It’s against the law to slam your car door in Switzerland.
There wasn’t a single pony in the Pony Express, just horses.
Honeybees have hair on their eyes.
A sneeze travels out your mouth at over 100 m.p.h.
Your ribs move about 5 million times a year, every time you breathe.
Does the wind ever shift directly from east to north?
Many people believe the wind never shifts from north to east and back to the north again without veering around by way of the south and west.
It is a well-known fact to meteorologists the wind very seldom veers from the north to the east and then, without further shift, back from east to north. However, according to the U.S. Weather Service, such changes can, and often do, occur.
Every time you lick a stamp, you’re consuming 1/10 calorie.
The average person has over 1,460 dreams a year.
One in every four Americans has appeared on television.
Owls are the only birds who can see the color blue.
The average American drinks about 600 sodas a year.
Why are dead people buried above the ground in New Orleans?
New Orleans is built on lowlands formed from silt deposits from the Mississippi River. Due to this, the subsoil in New Orleans has, in the past, been too wet or damp for underground burials: they would rise back to the surface, coffin and all. As a result, the dead have been buried aboveground in vaults or tombs.
A quarter has 119 grooves on its edge, a dime has one less groove.
A hummingbird weighs less than a penny.
Until 1796, there was a state in the United States called Franklin. Today it is known as Tennessee.
The Earth weighs around 6,588,000,000,000,000,000,000,000 tons. Of course, I didn’t weigh it myself.
A cockroach can live several weeks with its head cut off.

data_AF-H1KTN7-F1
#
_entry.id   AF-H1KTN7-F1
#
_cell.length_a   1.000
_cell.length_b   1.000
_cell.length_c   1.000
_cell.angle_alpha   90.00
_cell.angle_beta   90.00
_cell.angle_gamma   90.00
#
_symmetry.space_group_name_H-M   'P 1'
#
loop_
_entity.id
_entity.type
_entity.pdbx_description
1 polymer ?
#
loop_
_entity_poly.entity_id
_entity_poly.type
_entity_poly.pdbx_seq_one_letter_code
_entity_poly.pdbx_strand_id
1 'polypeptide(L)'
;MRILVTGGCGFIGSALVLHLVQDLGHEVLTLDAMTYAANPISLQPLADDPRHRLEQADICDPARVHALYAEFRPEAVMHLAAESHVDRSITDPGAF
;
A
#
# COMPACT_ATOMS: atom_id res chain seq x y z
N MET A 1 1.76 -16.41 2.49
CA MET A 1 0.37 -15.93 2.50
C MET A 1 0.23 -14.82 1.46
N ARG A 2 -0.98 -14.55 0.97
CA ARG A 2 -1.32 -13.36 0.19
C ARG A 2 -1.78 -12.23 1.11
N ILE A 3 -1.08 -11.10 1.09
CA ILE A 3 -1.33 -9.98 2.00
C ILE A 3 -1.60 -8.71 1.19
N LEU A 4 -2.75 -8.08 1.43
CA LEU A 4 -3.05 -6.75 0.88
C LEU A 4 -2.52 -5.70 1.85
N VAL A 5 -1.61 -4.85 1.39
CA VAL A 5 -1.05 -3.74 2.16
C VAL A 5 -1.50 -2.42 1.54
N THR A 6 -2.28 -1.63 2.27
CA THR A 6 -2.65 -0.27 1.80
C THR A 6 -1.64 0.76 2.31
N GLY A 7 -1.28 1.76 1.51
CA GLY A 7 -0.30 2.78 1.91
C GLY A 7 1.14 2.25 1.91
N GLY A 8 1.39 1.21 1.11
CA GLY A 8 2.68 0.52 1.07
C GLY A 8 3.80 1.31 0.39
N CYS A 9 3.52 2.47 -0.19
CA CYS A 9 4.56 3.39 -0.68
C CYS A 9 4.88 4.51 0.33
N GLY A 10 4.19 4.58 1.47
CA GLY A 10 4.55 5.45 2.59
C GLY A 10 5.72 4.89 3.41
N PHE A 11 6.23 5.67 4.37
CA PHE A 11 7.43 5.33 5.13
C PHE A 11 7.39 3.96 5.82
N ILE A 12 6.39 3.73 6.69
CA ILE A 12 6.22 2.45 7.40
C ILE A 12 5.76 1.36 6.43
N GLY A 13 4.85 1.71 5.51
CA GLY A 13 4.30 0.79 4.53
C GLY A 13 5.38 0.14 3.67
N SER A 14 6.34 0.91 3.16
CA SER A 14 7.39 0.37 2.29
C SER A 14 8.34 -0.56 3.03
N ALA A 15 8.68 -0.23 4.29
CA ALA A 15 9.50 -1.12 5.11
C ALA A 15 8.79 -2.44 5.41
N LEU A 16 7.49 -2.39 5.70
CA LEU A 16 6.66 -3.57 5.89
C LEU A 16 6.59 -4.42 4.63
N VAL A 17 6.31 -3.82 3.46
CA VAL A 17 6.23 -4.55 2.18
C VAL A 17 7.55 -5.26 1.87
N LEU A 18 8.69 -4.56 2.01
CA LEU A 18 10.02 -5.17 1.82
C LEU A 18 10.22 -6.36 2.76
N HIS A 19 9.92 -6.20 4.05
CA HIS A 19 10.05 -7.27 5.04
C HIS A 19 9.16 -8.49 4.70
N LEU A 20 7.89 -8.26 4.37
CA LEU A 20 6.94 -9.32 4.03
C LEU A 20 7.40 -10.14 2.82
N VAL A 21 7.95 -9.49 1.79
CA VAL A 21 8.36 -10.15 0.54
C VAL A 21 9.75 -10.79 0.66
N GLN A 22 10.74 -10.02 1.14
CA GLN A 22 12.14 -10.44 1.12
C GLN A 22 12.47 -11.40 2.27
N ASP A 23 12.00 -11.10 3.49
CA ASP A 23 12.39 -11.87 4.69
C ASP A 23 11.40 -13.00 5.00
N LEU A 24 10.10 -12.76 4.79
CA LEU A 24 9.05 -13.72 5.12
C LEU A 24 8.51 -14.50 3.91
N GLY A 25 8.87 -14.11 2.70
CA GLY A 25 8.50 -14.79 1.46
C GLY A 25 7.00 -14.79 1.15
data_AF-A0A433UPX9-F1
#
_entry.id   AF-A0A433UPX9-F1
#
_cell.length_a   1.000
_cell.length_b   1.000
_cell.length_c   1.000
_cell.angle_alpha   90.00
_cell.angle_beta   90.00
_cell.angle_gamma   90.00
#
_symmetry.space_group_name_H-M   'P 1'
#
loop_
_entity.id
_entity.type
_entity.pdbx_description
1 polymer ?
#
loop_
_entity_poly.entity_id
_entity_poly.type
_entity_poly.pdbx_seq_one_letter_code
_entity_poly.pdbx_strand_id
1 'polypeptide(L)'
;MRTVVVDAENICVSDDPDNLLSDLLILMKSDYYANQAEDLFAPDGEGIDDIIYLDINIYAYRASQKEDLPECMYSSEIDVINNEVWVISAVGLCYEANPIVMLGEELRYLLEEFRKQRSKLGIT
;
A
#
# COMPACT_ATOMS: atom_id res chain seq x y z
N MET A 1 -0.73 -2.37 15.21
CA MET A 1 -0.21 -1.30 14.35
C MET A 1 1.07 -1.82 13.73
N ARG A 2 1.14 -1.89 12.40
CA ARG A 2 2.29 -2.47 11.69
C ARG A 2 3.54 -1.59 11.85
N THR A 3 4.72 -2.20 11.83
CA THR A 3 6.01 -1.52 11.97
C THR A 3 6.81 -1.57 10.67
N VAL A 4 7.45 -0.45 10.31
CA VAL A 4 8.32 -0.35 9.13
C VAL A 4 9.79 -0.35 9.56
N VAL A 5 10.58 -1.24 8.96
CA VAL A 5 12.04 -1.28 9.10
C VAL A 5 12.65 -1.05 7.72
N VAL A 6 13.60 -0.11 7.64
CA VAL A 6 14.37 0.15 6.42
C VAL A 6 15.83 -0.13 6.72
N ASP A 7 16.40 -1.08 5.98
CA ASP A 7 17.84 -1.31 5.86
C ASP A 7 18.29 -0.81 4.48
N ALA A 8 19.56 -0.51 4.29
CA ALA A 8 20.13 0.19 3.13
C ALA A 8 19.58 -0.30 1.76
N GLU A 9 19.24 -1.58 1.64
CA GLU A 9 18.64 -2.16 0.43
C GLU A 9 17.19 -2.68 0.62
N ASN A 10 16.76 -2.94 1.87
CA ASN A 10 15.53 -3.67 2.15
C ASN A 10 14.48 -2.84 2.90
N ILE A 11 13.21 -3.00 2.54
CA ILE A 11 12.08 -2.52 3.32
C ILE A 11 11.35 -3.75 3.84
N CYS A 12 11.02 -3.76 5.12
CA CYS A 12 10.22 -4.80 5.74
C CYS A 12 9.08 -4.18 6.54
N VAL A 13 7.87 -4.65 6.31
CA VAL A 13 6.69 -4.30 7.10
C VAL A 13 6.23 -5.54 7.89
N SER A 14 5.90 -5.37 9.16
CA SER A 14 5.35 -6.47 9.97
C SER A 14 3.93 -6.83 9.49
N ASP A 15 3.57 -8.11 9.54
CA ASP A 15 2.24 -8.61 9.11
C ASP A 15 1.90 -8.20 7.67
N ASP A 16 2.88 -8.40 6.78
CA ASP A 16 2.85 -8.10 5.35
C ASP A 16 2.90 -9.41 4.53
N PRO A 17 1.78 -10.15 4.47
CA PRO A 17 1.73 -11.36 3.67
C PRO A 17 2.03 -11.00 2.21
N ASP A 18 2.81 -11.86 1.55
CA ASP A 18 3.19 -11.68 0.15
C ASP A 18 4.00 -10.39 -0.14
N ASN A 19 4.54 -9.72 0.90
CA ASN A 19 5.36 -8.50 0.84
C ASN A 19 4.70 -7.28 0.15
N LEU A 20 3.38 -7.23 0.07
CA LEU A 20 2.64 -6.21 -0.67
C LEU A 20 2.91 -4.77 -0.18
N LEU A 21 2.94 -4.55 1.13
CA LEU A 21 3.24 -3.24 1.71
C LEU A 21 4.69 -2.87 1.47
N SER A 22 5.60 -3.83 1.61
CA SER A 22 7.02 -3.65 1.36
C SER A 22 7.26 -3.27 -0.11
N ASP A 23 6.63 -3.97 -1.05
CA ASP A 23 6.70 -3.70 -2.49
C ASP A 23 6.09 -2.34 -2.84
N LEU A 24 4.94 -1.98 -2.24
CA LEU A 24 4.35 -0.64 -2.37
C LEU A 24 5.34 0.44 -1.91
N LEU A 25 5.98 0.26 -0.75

Ants stretch when they wake up in the morning.
Human teeth are almost as hard as rocks.
A mole can dig a tunnel 300 feet long in just one night.
Ancient Egyptians slept on pillows made of stone.
A hippo can open its mouth wide enough to fit a 4 foot tall child inside.
I sent this post out this morning on my “Free Kindle Books Plus a Few Other Tips” blog today. Seeing as how the majority of the readers of this blog do so on their Kindles, I thought it appropriate to share it this morning with the readers of this list. I don’t know how long Amazon will offer this one for free, so if you are interested I highly recommend you grab it now!
Here is the blog post:
Curios Folks Ask: 162 Real Answers on Amazing Inventions, Fascinating Products, and Medical Mysteries by Sherry Seethaler is free today from the Amazon Kindle store and has received an average user rating of 4 out of 5 stars based on 52 customer reviews. You can pick up your free copy by clicking here.
Here is the book’s description from the Amazon website:
In the vein of David Feldman’s Imponderables books, here’s an interesting collection of questions and answers based on Seethaler’s column in the San Diego Union Tribune. The format is straightforward: first the question, then the answer. The questions are grouped into categories—ingenious inventions, body parts, pesky pathogens, health nuts, and so on—and the answers range in length from slightly more than a page to a few sentences. It’s the kind of book you read a bit at a time, and it’s just the thing for anyone who has been wondering why some people blink more than others, why California requires the use of snow tires in winter, why you don’t keep your eyes open when you sneeze, or what eyelashes are for. Not as lively or as entertaining as the Imponderables books, probably because the questions are generally a bit duller, the book is still informative and reasonably entertaining. Trivia fans will find much to amuse themselves with here.
Want to have this blog sent wirelessly to your Kindle vs. reading it on your computer? Try out the free two-week subscription! Click here for the Amazon page for Free Kindle Books Plus a Few Other Tips.
Looking for more or a reliable source of free books for your Kindle? Click here for my “Free Kindle Books and How to Find Them” book (in the Kindle format, of course)